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Home » OOH News » JCDecaux develops natural cooling bus shelter to improve urban life
JCDecaux develops natural cooling bus shelter to improve urban life

By M4G Bureau - July 13, 2020

The media owning firm has taken an initiative to create cooling areas during summer and to pursue increased sustainability

JCDecaux SA, a leading outdoor advertising company worldwide, has developed and now offering local authorities its new-generation natural cooling bus shelter, with a solution to the issue of urban heat islands.

The new model expands the range of innovative bus shelters launched by the Group at the end of the year 2019. These include Filtreo, a bus shelter whose green roof contributes to reducing urban pollution.

The rise in temperature has widespread consequences and leads to the formation of urban heat islands, which have an impact on cities and on the health and well-being of their inhabitants. To help address this problem, a range of initiatives to create cooling areas in the city during the summer are currently being trialled.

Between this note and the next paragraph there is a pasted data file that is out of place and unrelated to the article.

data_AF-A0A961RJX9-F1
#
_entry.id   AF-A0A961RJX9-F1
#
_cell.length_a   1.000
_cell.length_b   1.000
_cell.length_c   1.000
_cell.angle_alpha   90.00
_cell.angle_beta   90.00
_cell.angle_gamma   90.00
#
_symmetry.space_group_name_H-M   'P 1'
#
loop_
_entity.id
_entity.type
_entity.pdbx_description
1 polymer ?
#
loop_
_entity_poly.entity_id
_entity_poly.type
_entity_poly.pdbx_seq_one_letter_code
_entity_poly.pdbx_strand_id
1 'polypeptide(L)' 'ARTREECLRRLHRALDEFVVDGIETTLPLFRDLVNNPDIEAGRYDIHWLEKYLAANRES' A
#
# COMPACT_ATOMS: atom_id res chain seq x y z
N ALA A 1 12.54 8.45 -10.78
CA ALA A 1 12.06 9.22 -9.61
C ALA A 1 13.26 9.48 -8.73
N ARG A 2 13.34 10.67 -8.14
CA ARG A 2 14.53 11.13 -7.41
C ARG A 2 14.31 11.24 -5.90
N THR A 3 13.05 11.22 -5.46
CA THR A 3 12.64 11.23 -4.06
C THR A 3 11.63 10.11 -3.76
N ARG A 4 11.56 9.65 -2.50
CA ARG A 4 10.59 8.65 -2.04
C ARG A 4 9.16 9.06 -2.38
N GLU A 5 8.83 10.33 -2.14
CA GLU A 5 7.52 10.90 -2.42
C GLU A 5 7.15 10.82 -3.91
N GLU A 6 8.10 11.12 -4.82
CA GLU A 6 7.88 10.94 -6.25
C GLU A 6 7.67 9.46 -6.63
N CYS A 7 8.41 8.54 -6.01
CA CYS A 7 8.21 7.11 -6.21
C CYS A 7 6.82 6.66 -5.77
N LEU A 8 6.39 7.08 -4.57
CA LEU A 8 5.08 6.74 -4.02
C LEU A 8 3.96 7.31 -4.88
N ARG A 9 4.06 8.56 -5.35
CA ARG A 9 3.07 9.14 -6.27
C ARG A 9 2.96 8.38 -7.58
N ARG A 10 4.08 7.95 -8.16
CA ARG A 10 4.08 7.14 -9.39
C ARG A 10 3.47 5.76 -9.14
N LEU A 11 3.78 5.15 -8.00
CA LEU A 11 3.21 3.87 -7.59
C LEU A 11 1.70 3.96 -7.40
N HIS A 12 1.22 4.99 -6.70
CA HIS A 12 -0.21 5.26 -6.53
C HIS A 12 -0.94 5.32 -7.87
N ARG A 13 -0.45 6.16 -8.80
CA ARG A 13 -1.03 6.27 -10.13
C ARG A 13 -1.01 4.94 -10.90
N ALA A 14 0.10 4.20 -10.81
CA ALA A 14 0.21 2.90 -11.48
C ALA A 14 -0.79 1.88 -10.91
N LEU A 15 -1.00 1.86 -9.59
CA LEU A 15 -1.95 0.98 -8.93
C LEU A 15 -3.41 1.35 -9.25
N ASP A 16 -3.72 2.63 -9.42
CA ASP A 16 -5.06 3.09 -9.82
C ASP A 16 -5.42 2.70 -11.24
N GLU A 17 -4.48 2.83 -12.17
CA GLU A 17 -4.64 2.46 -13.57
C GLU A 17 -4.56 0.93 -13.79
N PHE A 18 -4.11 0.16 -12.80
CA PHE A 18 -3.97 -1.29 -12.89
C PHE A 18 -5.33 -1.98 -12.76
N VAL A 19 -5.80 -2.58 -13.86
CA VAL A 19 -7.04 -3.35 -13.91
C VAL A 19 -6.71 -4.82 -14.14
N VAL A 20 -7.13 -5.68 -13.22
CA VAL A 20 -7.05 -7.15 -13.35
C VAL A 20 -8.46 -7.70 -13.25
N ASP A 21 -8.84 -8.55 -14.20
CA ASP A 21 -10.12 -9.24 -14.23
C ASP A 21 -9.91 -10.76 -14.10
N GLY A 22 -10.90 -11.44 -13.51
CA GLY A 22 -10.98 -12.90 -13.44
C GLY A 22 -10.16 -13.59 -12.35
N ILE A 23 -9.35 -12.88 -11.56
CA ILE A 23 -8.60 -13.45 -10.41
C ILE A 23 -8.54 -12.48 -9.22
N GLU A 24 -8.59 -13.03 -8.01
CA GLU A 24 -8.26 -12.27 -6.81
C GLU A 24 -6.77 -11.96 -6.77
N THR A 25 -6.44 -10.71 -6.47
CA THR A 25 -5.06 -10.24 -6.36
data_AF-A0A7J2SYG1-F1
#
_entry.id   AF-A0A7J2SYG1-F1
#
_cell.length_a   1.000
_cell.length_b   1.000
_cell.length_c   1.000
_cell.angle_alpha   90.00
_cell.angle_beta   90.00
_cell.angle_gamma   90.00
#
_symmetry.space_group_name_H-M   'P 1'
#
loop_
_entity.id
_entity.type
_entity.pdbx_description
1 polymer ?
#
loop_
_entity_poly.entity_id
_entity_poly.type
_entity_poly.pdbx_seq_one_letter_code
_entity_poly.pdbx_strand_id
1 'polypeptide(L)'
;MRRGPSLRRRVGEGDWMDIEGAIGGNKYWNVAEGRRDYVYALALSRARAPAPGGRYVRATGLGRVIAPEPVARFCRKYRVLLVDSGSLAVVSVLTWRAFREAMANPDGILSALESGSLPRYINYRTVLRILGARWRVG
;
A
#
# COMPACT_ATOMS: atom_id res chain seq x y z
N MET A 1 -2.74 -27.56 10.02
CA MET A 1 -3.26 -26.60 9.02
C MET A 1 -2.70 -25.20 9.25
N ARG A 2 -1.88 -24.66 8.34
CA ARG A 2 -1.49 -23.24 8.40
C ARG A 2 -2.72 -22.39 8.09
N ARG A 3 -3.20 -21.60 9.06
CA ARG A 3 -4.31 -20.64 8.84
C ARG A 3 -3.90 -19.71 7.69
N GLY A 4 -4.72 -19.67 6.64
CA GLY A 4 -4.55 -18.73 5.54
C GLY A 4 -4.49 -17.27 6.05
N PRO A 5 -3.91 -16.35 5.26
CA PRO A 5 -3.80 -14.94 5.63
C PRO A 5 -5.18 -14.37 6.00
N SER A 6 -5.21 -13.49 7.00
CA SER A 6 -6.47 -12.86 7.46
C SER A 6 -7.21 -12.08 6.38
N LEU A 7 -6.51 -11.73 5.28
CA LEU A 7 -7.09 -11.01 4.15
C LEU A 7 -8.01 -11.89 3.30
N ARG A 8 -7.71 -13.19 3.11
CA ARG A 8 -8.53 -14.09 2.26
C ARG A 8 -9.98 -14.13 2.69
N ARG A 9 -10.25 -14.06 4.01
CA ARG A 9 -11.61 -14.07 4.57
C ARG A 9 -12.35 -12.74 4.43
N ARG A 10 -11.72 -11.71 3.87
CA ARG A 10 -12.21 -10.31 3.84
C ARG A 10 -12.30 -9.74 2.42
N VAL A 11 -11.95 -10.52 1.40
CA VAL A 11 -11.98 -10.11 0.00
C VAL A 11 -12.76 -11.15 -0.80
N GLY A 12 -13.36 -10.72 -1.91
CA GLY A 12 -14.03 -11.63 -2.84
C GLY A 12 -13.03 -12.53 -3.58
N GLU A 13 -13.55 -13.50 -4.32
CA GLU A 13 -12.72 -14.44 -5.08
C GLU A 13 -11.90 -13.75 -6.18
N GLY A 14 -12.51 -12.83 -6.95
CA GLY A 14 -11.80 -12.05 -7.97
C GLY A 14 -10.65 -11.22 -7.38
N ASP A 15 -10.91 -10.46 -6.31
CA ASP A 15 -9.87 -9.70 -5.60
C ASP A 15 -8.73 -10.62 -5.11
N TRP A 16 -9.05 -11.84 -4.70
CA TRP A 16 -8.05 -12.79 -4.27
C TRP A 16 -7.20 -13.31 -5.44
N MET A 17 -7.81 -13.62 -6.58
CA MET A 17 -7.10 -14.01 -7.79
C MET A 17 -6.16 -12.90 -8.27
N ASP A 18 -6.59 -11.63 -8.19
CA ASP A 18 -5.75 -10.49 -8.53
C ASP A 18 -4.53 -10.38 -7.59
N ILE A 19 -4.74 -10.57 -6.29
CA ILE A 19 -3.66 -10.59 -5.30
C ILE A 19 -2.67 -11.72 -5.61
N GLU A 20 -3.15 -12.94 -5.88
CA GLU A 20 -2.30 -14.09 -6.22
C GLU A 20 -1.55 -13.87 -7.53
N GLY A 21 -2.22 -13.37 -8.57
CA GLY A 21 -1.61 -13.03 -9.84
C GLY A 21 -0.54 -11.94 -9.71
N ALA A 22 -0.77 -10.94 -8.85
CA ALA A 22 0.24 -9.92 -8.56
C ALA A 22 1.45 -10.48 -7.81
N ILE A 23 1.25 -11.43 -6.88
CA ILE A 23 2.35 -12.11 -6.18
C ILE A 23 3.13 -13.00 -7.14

“JCDecaux is a partner to cities around the world. We are continuously innovating to develop products and services to improve everyday urban life and to pursue increased sustainability. Our research and development team has designed a new generation of bus shelters inspired by nature. Following the Filtreo bus shelter, natural cooling will improve quality of urban life during increasingly frequent heatwaves. The bus shelter’s evaporative cooling system is a practical solution for the comfort of city dwellers, said Jean-Charles Decaux, Chairman, Executive Board and Co-Chief Executive Officer of JCDecaux.

The research and development department took the inspiration from a natural, age-old process: evaporative cooling. Hot air entering the natural cooling shelter flows through a wet honeycomb-shaped panel. It is then cooled naturally by evaporation. This solution includes a tank to gather rainwater from the roof and a system to pipe the water to the cooling module. If there is no wind, fans blow the hot air through the wall. The cool air is then blown towards users waiting in the shelter. Solar panels on the roof produce the energy required. The real-time control system detects weather conditions and human presence in the shelter in order to function efficiently and only when required.

Combining solar energy with rainwater harvesting, this self-contained solution avoids the use of air conditioning with its high energy consumption. Unlike misting, the evaporation process presents no health risks since it does not create micro-droplets.

The company ensures that the system reduces the temperature by between 4°C and 7°C to 36 degrees and 50% humidity. It will soon be tested in real conditions.

 

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